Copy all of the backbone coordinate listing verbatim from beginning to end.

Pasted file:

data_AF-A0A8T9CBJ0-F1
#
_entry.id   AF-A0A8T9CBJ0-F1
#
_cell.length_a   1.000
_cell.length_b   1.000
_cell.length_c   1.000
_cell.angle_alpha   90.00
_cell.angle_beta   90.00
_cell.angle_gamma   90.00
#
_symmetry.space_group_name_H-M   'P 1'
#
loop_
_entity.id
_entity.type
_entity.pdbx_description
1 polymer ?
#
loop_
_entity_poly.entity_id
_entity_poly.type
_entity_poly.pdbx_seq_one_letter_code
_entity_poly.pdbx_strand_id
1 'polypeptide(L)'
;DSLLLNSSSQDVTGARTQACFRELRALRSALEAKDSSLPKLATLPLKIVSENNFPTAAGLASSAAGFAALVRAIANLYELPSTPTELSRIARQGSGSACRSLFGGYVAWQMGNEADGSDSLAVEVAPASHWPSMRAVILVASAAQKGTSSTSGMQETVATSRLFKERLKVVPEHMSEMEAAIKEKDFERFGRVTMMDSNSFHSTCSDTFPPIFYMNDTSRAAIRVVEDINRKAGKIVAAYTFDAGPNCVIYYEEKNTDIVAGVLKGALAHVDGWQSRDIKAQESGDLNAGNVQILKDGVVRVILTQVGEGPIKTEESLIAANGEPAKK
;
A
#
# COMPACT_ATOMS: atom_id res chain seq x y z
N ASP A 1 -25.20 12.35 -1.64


data_AF-A0A8T9CBJ0-F1
#
_entry.id   AF-A0A8T9CBJ0-F1
#
_cell.length_a   1.000
_cell.length_b   1.000
_cell.length_c   1.000
_cell.angle_alpha   90.00
_cell.angle_beta   90.00
_cell.angle_gamma   90.00
#
_symmetry.space_group_name_H-M   'P 1'
#
loop_
_entity.id
_entity.type
_entity.pdbx_description
1 polymer ?
#
loop_
_entity_poly.entity_id
_entity_poly.type
_entity_poly.pdbx_seq_one_letter_code
_entity_poly.pdbx_strand_id
1 'polypeptide(L)'
;DSLLLNSSSQDVTGARTQACFRELRALRSALEAKDSSLPKLATLPLKIVSENNFPTAAGLASSAAGFAALVRAIANLYELPSTPTELSRIARQGSGSACRSLFGGYVAWQMGNEADGSDSLAVEVAPASHWPSMRAVILVASAAQKGTSSTSGMQETVATSRLFKERLKVVPEHMSEMEAAIKEKDFERFGRVTMMDSNSFHSTCSDTFPPIFYMNDTSRAAIRVVEDINRKAGKIVAAYTFDAGPNCVIYYEEKNTDIVAGVLKGALAHVDGWQSRDIKAQESGDLNAGNVQILKDGVVRVILTQVGEGPIKTEESLIAANGEPAKK
;
A
#
# COMPACT_ATOMS: atom_id res chain seq x y z
N ASP A 1 -25.20 12.35 -1.64